Because of this, I’ve choked it all down. I have no choice right now but to be the rock Timmy can depend on. While we were in Atlanta to say goodbye to Trey, I was still on crutches and couldn’t physically help like I wanted to, so emotionally, this was what I could offer. Timmy’s been up and down every day, so I will continue to support him as much as I can. As time ticks by, inevitably it will explode in my face, but I’ve decided to cross that bridge whenever it collapses.

Our relationship has been on a rollercoaster, as I’m sure many have these past few years. Thankfully, we are stronger than we have been since we’ve taken a renewed and necessary focus back on our marriage. We’re strengthening our ties, trying our hardest to meet each other’s needs while focus on repairing our own mental health that of course wavered and failed after these last two years. Now that we can make plans for the future, Timmy’s interviewing for a new job, I’m gearing up to physically return to the office full time in August (I’m in now 2 days/week), our families are healthy and mostly vaccinated, and Armand outgrows this phase, I have to say, I am so excited about standing almost fully back in the light. It was dark for too long, in ways that shadowed us separately and that threatened to eradicate the parts of ourselves and our relationship that were special to us. 

It’s been a real claw-back of a year, but halfway through it, even though we’re still hurting, I can now see that there is still plenty of joy to be had. We’ll find it again. And we’ll share it with everyone we know.

♥, VB



#TheVicTimWedding Rehearsal Dinner Video

In a time of such sorrow, I choose to spread love. I choose to be grateful. I choose to be thankful.

Thank you to our loved ones for supporting us always. If it went by too fast at the rehearsal dinner or if you haven’t seen it, please enjoy.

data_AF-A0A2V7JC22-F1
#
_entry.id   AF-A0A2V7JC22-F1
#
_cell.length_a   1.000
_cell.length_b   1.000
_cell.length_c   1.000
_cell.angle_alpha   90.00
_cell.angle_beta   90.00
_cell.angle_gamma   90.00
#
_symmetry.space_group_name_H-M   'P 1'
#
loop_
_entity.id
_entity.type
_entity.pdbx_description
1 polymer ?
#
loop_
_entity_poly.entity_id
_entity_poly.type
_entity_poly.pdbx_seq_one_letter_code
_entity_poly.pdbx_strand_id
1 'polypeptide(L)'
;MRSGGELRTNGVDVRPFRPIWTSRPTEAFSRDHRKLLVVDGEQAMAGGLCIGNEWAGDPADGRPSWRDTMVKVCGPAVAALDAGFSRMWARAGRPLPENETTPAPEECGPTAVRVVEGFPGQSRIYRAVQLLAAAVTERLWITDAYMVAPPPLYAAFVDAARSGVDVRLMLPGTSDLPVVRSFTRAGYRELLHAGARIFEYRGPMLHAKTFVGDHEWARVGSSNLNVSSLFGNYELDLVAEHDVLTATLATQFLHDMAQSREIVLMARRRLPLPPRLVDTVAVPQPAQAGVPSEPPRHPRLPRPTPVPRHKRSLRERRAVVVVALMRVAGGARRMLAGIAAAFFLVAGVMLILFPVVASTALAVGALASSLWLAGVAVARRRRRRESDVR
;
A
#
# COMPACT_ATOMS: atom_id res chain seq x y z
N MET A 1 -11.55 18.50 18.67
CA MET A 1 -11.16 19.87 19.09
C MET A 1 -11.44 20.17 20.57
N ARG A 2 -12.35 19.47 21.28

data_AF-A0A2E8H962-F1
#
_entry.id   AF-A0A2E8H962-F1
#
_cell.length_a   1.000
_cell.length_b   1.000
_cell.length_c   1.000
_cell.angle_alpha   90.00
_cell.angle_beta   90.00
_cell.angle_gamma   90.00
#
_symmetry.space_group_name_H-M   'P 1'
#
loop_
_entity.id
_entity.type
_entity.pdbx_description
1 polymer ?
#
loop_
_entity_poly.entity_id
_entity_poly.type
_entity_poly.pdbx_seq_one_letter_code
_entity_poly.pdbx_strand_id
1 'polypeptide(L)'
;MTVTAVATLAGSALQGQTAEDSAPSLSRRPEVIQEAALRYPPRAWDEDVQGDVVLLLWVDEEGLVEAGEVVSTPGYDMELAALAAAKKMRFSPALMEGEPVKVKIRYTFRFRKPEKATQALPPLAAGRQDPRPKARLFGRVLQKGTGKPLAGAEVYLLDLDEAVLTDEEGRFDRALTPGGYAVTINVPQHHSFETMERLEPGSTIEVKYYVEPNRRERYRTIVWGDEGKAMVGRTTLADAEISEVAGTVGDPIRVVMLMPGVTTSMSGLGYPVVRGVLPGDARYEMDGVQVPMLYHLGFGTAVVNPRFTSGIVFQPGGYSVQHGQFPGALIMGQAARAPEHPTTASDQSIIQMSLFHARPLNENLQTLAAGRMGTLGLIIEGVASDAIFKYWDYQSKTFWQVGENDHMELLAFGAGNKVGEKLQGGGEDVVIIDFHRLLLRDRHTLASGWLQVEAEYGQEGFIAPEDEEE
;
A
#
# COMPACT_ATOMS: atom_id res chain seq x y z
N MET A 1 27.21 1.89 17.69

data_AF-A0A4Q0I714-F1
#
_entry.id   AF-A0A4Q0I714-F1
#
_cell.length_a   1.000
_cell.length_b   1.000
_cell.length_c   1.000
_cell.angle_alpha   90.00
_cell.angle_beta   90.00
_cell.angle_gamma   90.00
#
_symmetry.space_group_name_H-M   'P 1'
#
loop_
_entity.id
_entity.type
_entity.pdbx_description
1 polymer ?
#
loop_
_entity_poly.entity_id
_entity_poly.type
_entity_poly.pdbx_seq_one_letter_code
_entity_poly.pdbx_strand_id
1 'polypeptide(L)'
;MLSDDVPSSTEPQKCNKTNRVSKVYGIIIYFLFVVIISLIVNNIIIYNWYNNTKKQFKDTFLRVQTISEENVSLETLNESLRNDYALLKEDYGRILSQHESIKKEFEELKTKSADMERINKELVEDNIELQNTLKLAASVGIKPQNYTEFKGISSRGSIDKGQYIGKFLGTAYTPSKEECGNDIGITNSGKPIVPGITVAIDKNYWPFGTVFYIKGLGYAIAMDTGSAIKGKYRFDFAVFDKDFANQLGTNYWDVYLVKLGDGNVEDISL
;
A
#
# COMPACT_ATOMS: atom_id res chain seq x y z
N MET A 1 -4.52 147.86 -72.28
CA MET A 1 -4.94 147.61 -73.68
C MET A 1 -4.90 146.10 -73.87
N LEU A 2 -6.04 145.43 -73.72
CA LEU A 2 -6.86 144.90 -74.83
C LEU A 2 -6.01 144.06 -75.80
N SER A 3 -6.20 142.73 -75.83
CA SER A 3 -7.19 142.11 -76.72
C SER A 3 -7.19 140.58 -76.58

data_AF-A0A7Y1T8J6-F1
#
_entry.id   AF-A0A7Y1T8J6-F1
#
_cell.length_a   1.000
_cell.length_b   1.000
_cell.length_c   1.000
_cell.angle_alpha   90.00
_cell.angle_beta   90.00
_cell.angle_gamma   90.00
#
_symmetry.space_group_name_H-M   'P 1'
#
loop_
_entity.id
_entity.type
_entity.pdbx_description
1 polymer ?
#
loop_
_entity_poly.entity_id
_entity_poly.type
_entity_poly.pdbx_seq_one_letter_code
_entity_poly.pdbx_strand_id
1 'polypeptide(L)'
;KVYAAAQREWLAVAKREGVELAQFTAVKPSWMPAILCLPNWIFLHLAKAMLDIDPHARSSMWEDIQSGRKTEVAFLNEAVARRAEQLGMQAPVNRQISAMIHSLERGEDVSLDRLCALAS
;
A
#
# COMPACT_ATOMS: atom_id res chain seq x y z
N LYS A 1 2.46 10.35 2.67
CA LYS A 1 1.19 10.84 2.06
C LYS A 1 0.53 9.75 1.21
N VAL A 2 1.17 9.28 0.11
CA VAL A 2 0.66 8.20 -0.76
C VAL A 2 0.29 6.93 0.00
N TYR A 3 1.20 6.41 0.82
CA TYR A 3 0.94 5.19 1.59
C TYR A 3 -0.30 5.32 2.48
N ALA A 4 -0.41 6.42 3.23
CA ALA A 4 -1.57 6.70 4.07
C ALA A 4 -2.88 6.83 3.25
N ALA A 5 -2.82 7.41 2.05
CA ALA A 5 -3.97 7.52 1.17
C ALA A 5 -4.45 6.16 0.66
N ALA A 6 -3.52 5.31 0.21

♥, VB

Unplugged but Not Forgotten

I’ve been doing this nifty thing lately where I have hardly documented my life through social media. I think that’s evident since I haven’t posted anything since April 1. Whoops.

I assure you we are alive, healthy, and well. We have been doing pretty much the same routine as always, one weekend in St. Pete, one weekend in Orlando, with a few trips in between to Atlanta. It’s been a pretty hectic two months, that’s for sure and I’m sure I echo pretty much everyone you’ve spoken to lately but I CANNOT BELIEVE IT’S ALREADY JUNE.

So to quickly recap, this is what life has looked like lately for us:


  • We were able to hook up with a longtime friend from high school who lives in the Orlando area for a Braves Spring Training game which was super hot but luckily, he and his family have tickets in the shade, so thank god for that. It was a sad moment for me as I realized I only recognized 2 names on our roster, and thus, I’m old.
  • My friend Athena, who works at USF Tampa, was able to score me a VIP pass and seating to see Bill Nye, a personal hero of mine. It did not disappoint. If you ever get a chance to see him, DO IT.
  • We also got to go to the Rowdies home opener! Professional soccer is not something I’m super into, but we had a really good time! The fan section was KRUNK, for sho.
  • We also went to Animal Kingdom as we continued the use of our incredible Florida Resident Disney Passes. I was convinced that I had never been, and truly nothing looked familiar, but it turns out my uncle posted a picture of us on FB riding the Dinosaur ride back when I was in high school, so memory is not the perfect time recorder as you may think it is. I would post pictures of all the safari animals, but really, you’re not going to care.